Virtual Tour of California’s Eco-Regions

I had the opportunity this week to get an intriguing glimpse of the Monterey Bay area’s offering of the California Naturalist Program for 2013. The occasion was a talk on California’s biodiversity, by botanist, ecologist and conservationist Todd Keeler-Wolf.

The presentation was at the UCSC Arboretum, and co-sponsored by the Ray Collett Rare and Extraordinary Plants Lecture Series and the California Naturalist Program. The Arboretum hosts both of these activities.

The California Naturalist Program’s goal is to “foster a committed corps of volunteer naturalists and citizen scientists, trained and ready to take an active role in natural resource conservation, education and restoration.”

Two more important points about the Program: it includes nine talks and nine field trips during and April and May, and the 2013 session is already fully subscribed so latecomers can’t enroll. Keeler-Wolf’s talk was an exception.

If your interests focus on ornamental or edible gardening, this Program might seem a major stretch. Still, even hobby gardening is rooted in science, and organic gardening in particular is strongly connected to environmental protection and conservation. Gardeners are already engaged in these topics.

Keeler-Wolf’s talk about California’s eco-regions underlined the importance of location to success in gardening. We should learn about the native environment of each plant we grow, and strive to match that natural situation or provide something close to it.

A California native plant’s accustomed situation involves more than a region within this state: it includes the specific microclimate in which the plant has evolved to grow well.

Keeler-Wolf described California’s great biodiversity, and the ways in which the state’s eco-regions vary in terms of climate, topography, geology and vegetation. He described the woodland forests, scrublands, and grasslands that exist within California’s Mediterranean climate zone, and explained how they differ and which plants grow in each eco-region.

For example, when viewing a natural area from a distance, as through an airplane window, we see that vegetation on south-facing slopes differs clearly from vegetation on nearby north-facing slopes.

There are many more eco-regions: wetlands, montane conifer forests, subalpine zones, deserts and others. There were too many to remember, but still fascinating! Ultimately, the overall message about the state’s eco-regions has greater significance than the many details. The speaker made the point that the survival of many native plants is closely tied to a very specific natural environment, and when that environment is converted to commercial agriculture or paved over, the plants could be doomed.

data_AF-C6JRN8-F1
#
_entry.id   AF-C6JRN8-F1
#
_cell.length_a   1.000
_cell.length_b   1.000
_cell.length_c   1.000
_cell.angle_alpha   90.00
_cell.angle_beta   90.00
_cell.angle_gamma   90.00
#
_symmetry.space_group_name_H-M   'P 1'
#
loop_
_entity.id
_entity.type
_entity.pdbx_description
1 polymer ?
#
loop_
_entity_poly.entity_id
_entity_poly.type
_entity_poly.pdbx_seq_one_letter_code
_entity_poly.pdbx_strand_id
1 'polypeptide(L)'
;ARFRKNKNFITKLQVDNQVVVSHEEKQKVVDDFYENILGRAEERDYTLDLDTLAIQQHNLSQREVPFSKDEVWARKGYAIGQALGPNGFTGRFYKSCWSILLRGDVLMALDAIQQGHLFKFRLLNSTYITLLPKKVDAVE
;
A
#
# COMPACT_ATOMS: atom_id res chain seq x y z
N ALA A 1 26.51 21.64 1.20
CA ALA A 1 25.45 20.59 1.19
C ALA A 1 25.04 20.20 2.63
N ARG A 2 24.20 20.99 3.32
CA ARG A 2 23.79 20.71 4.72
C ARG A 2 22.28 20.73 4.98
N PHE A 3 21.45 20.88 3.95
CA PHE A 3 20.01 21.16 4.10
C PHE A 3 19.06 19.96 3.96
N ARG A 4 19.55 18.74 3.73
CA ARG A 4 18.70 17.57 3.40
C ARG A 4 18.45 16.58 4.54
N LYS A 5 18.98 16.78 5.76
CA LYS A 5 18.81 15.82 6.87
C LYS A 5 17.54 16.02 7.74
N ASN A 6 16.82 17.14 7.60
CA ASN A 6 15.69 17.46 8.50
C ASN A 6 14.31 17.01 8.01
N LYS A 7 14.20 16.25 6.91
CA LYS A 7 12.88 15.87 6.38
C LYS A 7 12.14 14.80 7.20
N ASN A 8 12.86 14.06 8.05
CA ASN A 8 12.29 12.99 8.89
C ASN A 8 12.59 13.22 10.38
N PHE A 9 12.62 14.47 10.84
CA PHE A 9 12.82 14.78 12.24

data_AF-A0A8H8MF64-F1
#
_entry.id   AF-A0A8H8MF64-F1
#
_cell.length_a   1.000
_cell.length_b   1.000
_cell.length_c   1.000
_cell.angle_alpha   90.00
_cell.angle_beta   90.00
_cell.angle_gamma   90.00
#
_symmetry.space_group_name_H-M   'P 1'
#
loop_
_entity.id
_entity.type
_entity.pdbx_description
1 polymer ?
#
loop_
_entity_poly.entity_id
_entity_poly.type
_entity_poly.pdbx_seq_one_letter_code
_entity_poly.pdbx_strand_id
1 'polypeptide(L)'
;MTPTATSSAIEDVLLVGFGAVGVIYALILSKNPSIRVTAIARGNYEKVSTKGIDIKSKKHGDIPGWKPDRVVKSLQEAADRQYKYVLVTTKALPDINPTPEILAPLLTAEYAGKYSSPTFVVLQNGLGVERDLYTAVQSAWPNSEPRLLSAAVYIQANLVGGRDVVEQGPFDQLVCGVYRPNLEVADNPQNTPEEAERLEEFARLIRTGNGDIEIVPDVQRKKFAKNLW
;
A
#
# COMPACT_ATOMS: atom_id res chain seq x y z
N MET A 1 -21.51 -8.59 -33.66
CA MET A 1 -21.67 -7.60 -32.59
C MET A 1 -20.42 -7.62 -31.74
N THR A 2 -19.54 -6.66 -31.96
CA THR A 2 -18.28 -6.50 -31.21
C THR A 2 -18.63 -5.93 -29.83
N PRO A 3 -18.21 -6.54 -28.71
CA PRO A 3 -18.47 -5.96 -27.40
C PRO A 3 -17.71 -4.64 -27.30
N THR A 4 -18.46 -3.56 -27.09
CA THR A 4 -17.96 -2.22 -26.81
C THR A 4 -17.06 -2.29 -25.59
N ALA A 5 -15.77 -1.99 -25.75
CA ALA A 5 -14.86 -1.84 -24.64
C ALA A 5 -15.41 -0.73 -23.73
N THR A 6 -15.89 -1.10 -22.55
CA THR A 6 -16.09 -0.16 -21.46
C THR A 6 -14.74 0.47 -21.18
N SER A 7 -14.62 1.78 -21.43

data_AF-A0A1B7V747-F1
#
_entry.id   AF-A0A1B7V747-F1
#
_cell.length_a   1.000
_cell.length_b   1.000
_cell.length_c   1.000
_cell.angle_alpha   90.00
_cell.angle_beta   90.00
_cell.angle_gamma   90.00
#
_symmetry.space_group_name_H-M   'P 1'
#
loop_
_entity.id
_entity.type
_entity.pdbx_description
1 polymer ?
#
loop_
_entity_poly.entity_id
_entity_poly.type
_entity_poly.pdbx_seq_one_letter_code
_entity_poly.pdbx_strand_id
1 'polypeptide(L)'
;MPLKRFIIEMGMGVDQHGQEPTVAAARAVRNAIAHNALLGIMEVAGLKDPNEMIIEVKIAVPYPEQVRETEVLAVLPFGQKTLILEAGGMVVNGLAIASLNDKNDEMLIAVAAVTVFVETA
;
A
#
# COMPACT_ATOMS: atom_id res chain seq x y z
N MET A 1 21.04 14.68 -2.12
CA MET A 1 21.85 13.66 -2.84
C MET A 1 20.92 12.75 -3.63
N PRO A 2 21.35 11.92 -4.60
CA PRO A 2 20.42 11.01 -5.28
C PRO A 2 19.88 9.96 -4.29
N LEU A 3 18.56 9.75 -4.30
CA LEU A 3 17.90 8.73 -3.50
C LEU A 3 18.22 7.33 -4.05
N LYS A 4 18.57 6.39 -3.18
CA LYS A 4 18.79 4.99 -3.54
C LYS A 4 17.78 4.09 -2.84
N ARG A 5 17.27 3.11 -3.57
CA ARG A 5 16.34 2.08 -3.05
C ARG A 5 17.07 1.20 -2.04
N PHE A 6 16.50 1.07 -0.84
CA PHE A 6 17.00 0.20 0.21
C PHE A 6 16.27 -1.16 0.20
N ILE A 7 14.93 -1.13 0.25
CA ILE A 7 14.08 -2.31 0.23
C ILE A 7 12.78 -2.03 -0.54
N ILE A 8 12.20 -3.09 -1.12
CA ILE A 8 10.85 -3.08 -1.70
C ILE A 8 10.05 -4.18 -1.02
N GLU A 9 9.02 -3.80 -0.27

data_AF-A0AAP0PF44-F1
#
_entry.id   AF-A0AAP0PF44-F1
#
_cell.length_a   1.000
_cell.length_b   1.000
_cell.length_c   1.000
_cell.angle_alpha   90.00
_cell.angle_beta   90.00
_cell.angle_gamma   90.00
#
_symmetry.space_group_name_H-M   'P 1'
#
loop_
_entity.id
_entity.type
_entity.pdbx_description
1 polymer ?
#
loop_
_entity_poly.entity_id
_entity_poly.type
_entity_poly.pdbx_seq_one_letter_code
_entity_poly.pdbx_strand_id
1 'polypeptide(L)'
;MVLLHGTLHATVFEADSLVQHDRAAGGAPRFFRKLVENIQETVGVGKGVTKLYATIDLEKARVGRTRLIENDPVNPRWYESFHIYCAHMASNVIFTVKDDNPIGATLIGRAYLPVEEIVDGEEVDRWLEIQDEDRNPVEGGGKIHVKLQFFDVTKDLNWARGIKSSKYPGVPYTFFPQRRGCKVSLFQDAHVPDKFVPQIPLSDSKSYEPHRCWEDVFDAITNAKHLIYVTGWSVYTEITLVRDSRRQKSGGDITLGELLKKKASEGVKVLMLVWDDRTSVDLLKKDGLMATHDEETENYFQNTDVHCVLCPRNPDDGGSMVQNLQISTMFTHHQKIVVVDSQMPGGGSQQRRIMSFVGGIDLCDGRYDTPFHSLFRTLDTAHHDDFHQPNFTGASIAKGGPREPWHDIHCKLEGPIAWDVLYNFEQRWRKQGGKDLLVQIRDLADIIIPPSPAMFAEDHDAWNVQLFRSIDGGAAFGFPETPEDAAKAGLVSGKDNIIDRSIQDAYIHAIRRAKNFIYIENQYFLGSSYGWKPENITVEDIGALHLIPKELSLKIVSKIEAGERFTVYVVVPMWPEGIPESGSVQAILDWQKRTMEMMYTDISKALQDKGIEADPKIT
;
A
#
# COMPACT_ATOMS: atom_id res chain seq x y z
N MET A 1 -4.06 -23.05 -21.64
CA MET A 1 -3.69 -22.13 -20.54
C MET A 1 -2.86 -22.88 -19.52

You too could be citizen scientist, and discover new dimensions to your interest in gardening. You might even plan to earn a California Naturalist certificate in 2014.

Here is more information about the California Naturalist Program, including the 2013 schedule of lectures and field trips.

UCSC Arboretum’s California Naturalist Program

The University of California’s California Naturalist Handbook






Quick and Easy Gardening

When selecting a gardening book, look for content that aligns well with your needs and interests. That might seem like advice from Mr. Obvious, but it is easy to be drawn into material that is too specialized or too fundamental in terms of your gardening goals.

Many gardeners share an interest in low-maintenance gardening, so that is has become an inside joke for landscape designers and contractors.

In fact, several factors influence the level of effort that a garden requires. Certainly, landscape size and plant selection are significant contributors to the maintenance task.

Another very important factor that can impact the time and effort required is the gardener’s knowledge of gardening. Simply stated, if you know what to do and when to do it, your efficiency goes up, your error rate goes down and your successes multiply.

So, how does one acquire that knowledge? One way is to spend a lifetime with hands in the dirt and heightened awareness, but there are shorter roads to expertise.

If you regard yourself as a novice, you might enroll in Gardening 101, but such courses can be hard to find and time-consuming.